Although a newly organized club, the Alma Lions, chartered in February, have gone a long way toward fulfilling the goal of community services that characterizes the Lions.  Sponsoring Santa Claus at Christmas time, an Easter egg hunt, and a new Boy Scout troop are among their major accomplishments.  When the group was formed last fall, their first public effort was a ham and bean supper to raise funds for undertaking their various projects.  As a result of this successful endeavor, they acquired some working capital for the community projects to come.  For the first time, the Lions brought to Alma it’s own Santa Claus, who came riding into town on a sleigh known in other seasons as a fire truck of the Kinmundy-Alma Fire Protection district.  Santa strolled throughout the business district, spreading Christmas cheer among the children during the yuletide season.  When Easter came, a traditional Easter egg hunt was arranged by the Lions and about 150 youngsters scrambled for eggs and prizes.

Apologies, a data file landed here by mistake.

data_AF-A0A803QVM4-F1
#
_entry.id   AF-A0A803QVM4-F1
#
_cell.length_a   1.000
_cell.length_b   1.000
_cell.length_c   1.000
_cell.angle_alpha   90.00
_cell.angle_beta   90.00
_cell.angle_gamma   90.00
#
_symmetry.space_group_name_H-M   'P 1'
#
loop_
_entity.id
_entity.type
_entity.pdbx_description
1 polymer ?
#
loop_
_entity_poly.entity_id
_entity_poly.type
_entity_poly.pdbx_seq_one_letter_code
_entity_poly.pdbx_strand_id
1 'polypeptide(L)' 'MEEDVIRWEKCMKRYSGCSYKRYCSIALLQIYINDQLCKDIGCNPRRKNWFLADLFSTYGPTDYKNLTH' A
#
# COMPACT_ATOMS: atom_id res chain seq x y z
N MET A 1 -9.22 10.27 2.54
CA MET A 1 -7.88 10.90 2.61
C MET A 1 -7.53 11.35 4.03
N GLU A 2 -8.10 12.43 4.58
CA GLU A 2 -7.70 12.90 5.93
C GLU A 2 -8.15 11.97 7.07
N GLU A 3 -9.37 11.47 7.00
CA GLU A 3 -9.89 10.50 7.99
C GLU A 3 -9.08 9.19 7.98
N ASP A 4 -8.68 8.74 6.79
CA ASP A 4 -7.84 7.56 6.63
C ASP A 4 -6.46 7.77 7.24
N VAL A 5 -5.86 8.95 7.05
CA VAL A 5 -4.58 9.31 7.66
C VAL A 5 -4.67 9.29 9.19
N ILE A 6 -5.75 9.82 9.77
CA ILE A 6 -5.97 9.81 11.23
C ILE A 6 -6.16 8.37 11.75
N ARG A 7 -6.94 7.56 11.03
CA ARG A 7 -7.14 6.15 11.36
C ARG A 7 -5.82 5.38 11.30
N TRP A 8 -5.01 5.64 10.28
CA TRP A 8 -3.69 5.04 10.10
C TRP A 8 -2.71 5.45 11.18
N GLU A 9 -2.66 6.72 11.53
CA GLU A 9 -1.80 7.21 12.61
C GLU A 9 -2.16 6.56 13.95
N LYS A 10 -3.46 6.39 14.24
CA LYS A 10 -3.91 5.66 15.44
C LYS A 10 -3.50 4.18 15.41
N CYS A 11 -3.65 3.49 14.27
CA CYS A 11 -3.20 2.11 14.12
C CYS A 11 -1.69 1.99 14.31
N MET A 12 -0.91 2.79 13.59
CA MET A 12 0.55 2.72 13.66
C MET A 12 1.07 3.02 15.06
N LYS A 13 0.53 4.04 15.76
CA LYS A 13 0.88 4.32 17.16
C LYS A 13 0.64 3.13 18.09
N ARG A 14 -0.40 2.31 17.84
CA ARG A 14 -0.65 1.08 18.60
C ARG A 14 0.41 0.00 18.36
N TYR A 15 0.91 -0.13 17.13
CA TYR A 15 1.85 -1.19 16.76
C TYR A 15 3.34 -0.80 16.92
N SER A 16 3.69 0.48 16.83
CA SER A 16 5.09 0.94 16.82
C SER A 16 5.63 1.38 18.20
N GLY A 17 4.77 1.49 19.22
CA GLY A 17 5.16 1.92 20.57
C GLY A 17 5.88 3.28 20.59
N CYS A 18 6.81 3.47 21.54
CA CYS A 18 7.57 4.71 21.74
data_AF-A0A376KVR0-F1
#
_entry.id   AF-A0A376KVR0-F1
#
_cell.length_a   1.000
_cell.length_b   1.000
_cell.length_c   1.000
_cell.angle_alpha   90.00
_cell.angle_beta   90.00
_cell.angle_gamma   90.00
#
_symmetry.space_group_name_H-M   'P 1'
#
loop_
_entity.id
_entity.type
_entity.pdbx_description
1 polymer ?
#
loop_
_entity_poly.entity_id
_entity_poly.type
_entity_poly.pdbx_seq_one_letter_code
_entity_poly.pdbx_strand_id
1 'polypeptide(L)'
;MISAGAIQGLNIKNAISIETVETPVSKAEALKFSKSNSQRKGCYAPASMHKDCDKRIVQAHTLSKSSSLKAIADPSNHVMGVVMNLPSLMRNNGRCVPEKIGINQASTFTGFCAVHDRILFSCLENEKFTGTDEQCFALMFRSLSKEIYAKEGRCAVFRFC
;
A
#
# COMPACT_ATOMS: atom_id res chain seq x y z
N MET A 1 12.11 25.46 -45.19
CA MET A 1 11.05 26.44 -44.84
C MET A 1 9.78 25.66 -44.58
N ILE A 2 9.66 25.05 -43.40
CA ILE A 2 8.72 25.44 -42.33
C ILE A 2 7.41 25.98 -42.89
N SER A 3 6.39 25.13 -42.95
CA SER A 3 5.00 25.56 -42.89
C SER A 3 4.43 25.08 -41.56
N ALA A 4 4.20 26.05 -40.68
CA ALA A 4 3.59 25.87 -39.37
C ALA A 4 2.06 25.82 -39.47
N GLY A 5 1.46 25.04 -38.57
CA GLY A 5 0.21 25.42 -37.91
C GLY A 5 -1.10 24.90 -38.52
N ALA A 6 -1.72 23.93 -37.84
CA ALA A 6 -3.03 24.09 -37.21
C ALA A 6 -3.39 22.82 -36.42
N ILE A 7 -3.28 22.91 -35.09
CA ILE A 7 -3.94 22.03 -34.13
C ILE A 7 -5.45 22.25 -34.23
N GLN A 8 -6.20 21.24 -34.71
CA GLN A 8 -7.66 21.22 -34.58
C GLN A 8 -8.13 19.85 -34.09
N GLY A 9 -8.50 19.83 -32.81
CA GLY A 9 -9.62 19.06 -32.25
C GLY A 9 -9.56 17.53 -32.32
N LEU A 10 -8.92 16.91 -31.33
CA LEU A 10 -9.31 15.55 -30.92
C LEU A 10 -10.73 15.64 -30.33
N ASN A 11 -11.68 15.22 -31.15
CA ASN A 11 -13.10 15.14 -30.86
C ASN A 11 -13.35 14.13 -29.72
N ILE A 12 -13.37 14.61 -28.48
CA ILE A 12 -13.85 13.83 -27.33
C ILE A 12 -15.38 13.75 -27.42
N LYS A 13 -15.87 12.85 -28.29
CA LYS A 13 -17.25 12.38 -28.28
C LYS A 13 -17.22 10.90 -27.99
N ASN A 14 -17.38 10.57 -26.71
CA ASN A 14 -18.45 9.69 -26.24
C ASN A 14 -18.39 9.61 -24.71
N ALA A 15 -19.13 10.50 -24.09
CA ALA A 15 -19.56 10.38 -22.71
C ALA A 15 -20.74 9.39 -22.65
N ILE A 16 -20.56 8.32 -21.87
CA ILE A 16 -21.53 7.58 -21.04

Although there has been a Cub Scout pack going in Alma, it has been awhile since there has been an active Boy cout troop for the Cubs to move up to.  So the Lions are now sponsoring a Boy Scout troop, which meets at the community center.   Their next job is to retile the floor of the city hall, or new community center, and they need to raise more funds for that, as they do not have enough left from last fall’s supper proceeds.  The Lions, in seeking ways to raise money, must look for some way that won’t conflict with what some other group is doing, for otherwise they would not doing a community service.